Barely a week after the last Tory MP has drank the last drop of Bollinger left in Manchester playing the turbo round of the conference cliché drinking game, days after each party has vied with each other to sound more xenophobic than the other two, onto the stage above the Hen & Chickens dashes The Paradigm Theatre Company with two poignant and funny one act plays about touchpaper that is the issue of immigration.
The first , ‘A Border Story’ is the story of Amy, though really it’s the autobiographical story of its writer, Sarah Pitard and the slings and arrows she had to endure in dealing with the UK Border Agency being married to a Briton, a story we American spousal expats know all too well. Denied a visa, the couple pack up and cart themselves off to live in France for six months and re-enter the UK under a special loophole called the Surinder Singh route. I know what you’re thinking at this point. How can an entertaining piece of theatre hinge on a legal loophole. Not the most promising material for performance with punch. But Paradigm make it work.
What with the wonderful chemistry between Amy, played with a deliciously ironic, bitter veneer of saccharine by Lee Lytle, and long suffering and affably British Brian, played with foppish charm by Paul Tonkin, one can’t help but like and root for these characters in their struggle. The story is told mostly through flashbacks and these were the highlights with phantom border agency officials of bureaucratic self-importance and French superiors working Brian slavishly down and out in Paris, Ruth Connelly making an effectively cold and sinister border agent impervious to smiling transatlantic charm. Gary Trainor is also worth mentioning in this department simply because he’s obviously realized long ago how valuable his Northern Irish inflections are for making the blood run cold with terror. These scenes were the ones in which the play worked best and captured the main character’s struggle most clearly. I found myself wishing there were more of them and just slightly less of Amy stopping to narrate for us. The ‘show don’t tell’ principle. Otherwise though, it made for a poignantly and philosophically entertaining, reflective piece.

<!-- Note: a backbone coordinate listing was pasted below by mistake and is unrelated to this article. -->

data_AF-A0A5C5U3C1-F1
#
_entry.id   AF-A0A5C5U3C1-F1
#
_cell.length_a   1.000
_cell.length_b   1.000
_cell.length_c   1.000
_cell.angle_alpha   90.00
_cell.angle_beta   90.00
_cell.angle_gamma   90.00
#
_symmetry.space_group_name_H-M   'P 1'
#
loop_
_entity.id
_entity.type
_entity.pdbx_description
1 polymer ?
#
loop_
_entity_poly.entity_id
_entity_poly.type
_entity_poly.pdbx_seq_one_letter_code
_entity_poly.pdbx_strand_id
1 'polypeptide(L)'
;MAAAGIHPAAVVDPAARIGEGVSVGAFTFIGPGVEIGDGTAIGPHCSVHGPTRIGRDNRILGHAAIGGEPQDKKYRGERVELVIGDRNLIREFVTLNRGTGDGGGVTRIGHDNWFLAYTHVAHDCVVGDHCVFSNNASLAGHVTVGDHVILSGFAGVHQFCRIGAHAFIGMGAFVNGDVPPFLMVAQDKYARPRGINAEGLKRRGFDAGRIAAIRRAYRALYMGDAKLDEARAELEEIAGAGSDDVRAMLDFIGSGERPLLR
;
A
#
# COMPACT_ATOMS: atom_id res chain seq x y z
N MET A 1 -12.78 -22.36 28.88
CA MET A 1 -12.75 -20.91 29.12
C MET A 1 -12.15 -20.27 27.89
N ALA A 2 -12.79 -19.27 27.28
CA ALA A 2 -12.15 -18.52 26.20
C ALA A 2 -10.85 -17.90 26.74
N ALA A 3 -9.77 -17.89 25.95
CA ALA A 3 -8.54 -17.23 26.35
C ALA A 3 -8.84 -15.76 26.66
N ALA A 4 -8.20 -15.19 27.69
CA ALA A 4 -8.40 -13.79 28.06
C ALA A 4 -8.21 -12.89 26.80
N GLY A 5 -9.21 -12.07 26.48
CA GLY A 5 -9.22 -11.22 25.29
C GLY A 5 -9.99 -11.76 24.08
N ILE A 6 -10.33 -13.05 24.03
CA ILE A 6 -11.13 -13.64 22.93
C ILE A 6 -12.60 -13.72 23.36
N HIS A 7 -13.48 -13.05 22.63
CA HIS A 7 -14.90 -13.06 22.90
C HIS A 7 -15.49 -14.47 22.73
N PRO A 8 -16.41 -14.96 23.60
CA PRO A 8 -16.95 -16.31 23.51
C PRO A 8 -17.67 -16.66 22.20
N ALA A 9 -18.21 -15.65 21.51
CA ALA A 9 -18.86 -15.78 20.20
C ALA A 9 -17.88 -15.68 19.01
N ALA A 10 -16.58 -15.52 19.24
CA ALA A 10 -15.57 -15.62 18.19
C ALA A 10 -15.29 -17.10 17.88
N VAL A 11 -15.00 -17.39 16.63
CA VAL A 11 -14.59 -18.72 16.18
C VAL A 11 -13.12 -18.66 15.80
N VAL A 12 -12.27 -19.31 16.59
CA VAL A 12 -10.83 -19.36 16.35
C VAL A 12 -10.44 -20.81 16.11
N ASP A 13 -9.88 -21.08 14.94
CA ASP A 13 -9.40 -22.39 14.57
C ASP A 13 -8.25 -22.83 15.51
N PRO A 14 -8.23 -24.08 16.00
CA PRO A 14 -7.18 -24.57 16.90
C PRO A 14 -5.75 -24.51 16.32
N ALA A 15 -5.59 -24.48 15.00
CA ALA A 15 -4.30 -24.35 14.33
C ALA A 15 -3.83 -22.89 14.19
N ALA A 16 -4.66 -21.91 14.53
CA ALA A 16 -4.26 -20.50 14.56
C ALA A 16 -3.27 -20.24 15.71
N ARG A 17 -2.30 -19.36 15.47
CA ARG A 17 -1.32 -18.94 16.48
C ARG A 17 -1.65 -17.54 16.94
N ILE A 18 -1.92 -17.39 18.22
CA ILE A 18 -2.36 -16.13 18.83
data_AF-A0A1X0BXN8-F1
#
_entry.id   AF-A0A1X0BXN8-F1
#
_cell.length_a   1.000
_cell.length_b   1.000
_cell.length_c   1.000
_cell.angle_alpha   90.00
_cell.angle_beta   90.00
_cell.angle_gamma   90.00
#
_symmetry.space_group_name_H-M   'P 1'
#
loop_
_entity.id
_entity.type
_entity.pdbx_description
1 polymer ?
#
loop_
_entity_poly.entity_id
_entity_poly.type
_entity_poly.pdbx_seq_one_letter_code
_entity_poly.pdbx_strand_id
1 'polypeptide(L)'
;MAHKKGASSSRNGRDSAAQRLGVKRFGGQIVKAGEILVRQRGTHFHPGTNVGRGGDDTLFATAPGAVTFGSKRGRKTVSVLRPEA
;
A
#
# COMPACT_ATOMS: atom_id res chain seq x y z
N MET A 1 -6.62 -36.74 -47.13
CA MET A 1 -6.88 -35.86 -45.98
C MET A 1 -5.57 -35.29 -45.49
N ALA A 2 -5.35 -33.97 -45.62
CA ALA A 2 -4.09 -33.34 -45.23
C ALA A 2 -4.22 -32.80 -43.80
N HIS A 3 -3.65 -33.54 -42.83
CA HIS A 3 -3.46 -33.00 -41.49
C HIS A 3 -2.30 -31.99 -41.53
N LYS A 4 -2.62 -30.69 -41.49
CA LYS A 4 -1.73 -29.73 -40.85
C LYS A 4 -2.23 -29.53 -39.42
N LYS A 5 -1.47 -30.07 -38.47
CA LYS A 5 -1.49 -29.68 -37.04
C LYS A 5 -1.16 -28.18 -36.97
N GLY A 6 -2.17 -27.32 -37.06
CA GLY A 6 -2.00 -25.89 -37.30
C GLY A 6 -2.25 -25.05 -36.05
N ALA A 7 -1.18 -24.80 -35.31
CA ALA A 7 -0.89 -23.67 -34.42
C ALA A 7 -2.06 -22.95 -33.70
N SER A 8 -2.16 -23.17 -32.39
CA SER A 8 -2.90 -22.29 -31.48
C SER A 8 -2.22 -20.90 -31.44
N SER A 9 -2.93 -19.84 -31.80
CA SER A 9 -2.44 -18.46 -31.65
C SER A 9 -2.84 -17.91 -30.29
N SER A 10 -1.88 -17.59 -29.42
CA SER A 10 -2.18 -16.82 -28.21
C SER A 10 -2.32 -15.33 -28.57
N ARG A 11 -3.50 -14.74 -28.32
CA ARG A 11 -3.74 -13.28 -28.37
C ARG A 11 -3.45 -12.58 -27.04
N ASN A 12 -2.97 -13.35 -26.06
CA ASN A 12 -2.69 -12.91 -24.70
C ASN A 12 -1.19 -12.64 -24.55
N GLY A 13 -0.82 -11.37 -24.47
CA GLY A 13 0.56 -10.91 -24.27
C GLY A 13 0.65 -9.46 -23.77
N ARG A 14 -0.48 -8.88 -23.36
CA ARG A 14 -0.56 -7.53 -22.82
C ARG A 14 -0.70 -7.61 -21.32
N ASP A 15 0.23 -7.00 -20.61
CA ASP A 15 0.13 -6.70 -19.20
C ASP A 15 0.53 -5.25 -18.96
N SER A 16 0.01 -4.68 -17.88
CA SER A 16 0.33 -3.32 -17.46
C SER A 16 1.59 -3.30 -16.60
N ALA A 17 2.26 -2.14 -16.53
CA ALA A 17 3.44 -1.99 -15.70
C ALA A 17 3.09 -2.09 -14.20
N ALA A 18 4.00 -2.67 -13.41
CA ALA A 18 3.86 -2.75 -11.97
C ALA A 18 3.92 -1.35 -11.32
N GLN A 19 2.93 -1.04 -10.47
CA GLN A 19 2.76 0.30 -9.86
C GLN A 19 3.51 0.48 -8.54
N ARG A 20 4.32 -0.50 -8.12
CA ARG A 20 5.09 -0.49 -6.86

The second play though, ‘The Utility People’ was comedy gold. A fiendishly sardonic look at guardianista gentrified armchair socialists, the story opens with a liberal couple, Jake, who works for Amnesty, and Chloe who works for, well, The Guardian, finding an immigrant mother and son in their utility cupboard. Instead of calling the authorities though, the couple make the immigrants work for them as domestic servants. There is a dark polemic twist near the conclusion that, had the writer ended it there, would have ruined the story, but it is a tragicomedy that clearly forces us to reevaluate our smugness about our beliefs and morality and what our convictions make of us. So it doesn’t sit and preach at us, but complicates things through comedy with a sharp edge to it, especially Oliver Gatz who absolutely steals the show as overly officious Border Agent Richard. I think I could have watched just him on stage and laughed all evening. The chattering liberal classes will love it. We do love to laugh at ourselves. It’s so ironic.
Combined, these short pieces make for a thought-provoking and fun evening well worth checking out.